• Should the type of mold and bacteria be identified?
• Should the mold be killed?
• What are the health and safety issues for staff and patron?
• Should the mold, and can the mold, be removed from affected building materials and artifacts?
o What methods can be used to remove the mold contamination?
o What methods can be used to assure the cleaning process has been effective?
o What will access to building and collection materials be?
The second presentation was by Ann Frellsen, Book and Paper Collections Conservator for the Emory University Libraries, a member of AIC-CERT as well as organizer of HERA (Heritage Emergency Response Alliance) in Atlanta, GA. Frellson discussed AIC-CERT response after Hurricane Katrina as well as HERA regional response activities, presenting a variety of challenges through a series of case studies. Response activities after tornado destruction in Atlanta highlighted challenges in establishing salvage priorities, as the emotionally affected owners of the collection were incapable of making those decisions, as well as communication issues. Post-Katrina AIC-CERT response inside a historic house on the Gulf coast illustrated the essential need for proper PPE, in this case including full HAZMAT suits equipped with a forced-air system. Another case study discussed how affected town record ledgers containing property data needed to remain accessible, as people were required to consult them in order to obtain proof of ownership as required by their insurance companies. A mold event at Emory University discussed the need for managing contracts with salvage companies, emphasizing that their activities may need to be closely monitored, and you need to know exactly what you want from them.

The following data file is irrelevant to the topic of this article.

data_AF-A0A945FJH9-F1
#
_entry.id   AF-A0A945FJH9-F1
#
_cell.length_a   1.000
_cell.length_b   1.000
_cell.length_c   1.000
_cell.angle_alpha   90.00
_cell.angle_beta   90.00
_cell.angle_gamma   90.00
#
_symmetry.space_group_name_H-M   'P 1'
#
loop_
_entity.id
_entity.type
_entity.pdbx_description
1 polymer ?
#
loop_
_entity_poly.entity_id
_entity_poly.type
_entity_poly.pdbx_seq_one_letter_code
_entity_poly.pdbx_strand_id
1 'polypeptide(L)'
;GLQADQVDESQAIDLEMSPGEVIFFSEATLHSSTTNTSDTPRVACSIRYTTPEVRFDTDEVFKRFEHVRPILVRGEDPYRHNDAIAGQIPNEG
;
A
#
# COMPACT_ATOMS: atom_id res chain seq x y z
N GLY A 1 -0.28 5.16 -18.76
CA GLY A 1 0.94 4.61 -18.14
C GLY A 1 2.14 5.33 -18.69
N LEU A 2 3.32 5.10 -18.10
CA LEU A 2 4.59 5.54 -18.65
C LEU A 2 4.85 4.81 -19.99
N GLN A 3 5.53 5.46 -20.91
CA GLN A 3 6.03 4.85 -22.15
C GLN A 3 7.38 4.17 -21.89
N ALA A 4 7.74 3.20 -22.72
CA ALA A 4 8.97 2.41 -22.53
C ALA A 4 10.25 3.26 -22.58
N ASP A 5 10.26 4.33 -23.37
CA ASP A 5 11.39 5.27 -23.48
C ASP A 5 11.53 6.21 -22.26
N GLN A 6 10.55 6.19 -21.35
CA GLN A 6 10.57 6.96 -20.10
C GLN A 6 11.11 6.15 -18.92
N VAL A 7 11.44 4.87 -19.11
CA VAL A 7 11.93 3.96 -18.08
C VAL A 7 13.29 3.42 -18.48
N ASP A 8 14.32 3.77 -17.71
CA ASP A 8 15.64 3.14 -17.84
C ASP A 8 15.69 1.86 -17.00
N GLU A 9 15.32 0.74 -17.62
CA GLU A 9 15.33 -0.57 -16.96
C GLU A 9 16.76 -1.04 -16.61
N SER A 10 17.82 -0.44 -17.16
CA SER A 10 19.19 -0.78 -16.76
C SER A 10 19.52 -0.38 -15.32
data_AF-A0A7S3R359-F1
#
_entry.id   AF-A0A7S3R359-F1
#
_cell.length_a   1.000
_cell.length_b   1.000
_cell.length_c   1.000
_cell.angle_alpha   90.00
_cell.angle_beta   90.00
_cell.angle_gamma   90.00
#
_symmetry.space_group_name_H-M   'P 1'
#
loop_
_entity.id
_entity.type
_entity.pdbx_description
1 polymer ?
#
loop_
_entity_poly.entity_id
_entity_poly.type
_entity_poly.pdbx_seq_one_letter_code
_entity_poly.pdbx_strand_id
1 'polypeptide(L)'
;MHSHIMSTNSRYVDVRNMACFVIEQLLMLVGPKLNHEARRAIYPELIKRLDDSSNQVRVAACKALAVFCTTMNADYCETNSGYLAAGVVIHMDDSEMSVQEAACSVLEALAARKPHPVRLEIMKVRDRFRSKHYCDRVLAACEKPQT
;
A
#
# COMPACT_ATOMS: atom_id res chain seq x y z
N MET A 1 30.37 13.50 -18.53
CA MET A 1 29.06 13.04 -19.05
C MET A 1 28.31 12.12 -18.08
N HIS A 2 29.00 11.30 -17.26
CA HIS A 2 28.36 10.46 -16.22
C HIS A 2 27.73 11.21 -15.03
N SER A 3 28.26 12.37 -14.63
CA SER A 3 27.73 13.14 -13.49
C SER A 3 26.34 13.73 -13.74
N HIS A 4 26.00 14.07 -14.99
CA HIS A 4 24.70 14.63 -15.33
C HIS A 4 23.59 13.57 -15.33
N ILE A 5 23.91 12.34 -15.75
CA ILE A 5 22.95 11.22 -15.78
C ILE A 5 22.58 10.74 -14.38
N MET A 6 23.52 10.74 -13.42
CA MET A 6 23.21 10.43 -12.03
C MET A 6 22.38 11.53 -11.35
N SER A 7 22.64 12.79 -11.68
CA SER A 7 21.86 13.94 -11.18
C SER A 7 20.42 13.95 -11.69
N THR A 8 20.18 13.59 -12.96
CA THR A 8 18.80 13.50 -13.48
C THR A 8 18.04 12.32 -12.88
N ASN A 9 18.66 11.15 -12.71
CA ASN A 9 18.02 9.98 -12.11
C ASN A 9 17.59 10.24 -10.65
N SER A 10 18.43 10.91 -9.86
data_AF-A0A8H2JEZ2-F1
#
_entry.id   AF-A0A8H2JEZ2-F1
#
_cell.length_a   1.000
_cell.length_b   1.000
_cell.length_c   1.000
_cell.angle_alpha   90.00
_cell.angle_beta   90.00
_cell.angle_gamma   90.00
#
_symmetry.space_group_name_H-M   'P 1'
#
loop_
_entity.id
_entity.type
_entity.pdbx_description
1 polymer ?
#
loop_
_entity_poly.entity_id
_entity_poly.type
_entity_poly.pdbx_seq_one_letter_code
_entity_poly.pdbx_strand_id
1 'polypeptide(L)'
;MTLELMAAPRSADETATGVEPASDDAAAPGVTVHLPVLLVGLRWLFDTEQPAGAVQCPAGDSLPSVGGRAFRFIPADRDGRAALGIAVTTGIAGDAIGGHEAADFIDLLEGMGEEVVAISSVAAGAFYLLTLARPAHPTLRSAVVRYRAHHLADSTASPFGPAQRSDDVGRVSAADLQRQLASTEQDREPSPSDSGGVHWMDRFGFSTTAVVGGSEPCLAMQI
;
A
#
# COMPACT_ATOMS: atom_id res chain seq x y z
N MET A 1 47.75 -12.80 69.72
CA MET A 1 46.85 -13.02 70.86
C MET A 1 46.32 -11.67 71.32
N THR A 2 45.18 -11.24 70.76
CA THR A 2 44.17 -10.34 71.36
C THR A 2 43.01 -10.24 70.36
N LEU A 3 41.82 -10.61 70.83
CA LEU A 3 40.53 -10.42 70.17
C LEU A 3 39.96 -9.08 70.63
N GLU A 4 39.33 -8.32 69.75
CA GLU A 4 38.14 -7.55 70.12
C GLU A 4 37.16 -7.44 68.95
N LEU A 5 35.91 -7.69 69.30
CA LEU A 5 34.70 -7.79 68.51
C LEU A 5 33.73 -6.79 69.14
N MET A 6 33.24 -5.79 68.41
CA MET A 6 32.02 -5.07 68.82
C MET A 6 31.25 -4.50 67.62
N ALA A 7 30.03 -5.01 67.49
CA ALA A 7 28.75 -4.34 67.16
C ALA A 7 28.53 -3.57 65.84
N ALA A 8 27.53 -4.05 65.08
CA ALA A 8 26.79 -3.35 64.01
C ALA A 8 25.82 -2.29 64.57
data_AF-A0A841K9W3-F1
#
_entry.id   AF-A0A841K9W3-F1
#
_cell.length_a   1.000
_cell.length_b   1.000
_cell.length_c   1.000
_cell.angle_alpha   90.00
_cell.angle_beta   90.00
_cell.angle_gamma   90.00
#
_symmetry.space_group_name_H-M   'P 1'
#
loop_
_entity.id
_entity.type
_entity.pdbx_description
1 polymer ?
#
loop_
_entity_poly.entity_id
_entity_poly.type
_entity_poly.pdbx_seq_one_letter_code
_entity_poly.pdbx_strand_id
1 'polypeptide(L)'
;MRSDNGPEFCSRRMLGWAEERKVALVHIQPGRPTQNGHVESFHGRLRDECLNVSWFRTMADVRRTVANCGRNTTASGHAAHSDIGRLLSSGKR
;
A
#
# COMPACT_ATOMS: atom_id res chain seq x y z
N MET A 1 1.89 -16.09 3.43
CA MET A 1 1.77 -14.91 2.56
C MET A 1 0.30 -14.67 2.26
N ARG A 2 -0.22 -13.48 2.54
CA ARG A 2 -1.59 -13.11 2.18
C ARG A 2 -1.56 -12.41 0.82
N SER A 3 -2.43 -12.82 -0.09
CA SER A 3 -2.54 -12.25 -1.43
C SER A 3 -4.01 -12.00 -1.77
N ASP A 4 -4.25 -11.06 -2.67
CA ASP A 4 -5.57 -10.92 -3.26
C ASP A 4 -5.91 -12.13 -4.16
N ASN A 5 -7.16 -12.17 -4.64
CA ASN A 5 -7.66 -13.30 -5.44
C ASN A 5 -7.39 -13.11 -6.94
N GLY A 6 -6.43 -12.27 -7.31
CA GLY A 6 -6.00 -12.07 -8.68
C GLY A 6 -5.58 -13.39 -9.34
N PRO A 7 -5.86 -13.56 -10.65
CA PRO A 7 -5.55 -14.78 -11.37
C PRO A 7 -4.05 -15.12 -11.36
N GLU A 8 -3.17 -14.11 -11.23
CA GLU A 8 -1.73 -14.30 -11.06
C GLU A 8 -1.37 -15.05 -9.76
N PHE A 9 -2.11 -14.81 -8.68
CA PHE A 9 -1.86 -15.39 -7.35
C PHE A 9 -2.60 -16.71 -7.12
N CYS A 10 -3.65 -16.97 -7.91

Ann Frellsen and Vicki Lee (Director of Preservation and Conservation at the Maryland State Archives and AIC-CERT member) teamed up to give a short case-study presentation cleverly titled: “Where We Did Not Find Mold, or, I Suited Up for This?” This presentation consisted of a series of images from flood/water response activities that provided the ideal circumstances for rampant mold growth (such as wet photos in plastic sleeves, wet salvage items left covered in plastic, and wet basement library items relocated to a non-climate controlled backyard shed), but exhibited no visible mold growth.